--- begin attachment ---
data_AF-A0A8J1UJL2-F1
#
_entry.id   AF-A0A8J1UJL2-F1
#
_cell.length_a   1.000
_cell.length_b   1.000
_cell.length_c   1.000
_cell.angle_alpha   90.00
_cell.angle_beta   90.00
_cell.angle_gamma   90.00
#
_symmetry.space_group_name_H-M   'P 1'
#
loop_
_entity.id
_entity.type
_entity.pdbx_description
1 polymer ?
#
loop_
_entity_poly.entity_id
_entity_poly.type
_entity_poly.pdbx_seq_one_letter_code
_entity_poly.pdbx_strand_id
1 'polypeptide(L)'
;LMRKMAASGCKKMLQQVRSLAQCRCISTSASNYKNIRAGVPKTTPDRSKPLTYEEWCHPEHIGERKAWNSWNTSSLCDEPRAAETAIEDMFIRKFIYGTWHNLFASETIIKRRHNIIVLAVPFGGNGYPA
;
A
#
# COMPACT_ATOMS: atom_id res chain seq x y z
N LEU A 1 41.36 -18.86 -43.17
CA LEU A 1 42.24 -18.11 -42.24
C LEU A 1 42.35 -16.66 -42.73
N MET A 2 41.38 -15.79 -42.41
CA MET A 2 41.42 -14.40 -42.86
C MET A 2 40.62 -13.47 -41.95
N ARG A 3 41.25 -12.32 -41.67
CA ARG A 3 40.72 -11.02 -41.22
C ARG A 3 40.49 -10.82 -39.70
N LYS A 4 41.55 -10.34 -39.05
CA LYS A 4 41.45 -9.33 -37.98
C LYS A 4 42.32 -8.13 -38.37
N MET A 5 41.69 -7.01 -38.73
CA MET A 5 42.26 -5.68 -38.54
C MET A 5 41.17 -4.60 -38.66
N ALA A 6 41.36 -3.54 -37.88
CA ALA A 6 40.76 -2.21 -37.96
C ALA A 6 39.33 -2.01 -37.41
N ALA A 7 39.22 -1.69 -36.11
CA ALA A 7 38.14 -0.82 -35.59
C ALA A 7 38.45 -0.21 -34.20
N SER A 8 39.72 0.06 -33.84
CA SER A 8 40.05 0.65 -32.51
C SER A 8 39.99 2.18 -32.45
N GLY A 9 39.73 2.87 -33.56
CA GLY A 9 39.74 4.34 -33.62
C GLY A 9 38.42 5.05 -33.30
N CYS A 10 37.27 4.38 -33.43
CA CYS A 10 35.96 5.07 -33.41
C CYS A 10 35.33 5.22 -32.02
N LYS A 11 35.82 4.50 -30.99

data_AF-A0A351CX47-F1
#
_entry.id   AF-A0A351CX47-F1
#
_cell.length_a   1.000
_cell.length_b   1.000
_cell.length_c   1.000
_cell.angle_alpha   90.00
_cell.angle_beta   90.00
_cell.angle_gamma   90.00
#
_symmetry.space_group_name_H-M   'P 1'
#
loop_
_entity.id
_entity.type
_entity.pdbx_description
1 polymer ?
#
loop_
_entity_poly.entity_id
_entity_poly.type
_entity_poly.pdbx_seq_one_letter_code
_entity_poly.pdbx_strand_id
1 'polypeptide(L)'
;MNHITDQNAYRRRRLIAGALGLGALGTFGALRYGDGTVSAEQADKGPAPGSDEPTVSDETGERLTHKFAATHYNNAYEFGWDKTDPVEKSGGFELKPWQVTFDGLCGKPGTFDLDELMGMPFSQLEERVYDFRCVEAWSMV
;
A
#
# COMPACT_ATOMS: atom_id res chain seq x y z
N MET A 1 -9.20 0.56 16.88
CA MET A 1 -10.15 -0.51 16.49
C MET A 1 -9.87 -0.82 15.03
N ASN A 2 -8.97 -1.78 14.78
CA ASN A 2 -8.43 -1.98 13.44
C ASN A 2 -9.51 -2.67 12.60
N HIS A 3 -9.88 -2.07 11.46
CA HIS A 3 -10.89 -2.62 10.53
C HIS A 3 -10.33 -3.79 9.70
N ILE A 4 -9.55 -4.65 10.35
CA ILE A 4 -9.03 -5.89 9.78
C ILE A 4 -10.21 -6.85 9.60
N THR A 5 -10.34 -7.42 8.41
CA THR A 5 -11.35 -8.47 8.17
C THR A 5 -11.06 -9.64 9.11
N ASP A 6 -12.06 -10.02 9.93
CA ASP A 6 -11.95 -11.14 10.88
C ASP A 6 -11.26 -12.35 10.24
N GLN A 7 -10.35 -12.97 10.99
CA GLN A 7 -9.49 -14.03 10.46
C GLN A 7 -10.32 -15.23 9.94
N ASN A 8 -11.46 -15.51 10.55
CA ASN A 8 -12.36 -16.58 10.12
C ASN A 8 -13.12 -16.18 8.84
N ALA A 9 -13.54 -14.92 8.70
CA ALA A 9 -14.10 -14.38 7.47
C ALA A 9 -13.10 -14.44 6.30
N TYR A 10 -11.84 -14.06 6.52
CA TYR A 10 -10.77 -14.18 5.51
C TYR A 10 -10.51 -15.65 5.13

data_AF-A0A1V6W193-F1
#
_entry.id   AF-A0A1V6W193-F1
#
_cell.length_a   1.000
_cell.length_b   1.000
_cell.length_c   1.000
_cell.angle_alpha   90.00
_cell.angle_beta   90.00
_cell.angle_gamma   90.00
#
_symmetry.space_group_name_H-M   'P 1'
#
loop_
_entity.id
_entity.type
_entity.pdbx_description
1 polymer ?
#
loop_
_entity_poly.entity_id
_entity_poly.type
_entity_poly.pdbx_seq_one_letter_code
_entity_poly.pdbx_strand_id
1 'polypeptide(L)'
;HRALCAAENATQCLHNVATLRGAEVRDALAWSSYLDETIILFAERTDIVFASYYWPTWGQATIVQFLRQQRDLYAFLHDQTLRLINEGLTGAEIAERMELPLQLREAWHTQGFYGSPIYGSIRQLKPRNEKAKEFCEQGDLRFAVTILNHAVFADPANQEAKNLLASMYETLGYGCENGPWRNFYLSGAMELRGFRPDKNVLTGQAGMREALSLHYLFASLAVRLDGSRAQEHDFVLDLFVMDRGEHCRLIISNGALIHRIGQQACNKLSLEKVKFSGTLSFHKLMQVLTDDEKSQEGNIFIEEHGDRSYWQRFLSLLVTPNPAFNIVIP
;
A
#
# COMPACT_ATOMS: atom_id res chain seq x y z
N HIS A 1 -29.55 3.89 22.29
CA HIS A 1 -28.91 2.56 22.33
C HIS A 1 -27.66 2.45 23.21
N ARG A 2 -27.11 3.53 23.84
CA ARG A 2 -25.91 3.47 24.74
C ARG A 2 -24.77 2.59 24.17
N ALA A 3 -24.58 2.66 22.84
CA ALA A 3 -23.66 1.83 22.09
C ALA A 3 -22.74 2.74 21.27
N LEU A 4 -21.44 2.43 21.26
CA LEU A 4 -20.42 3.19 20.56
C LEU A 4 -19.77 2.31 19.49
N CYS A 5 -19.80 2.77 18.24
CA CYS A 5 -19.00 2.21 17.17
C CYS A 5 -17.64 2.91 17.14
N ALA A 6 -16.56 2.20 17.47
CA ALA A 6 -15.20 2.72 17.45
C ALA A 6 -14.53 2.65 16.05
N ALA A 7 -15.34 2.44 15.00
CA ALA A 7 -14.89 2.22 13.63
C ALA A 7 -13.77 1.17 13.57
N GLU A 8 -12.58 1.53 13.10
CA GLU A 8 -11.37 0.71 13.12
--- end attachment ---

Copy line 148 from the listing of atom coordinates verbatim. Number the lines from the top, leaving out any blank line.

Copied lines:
;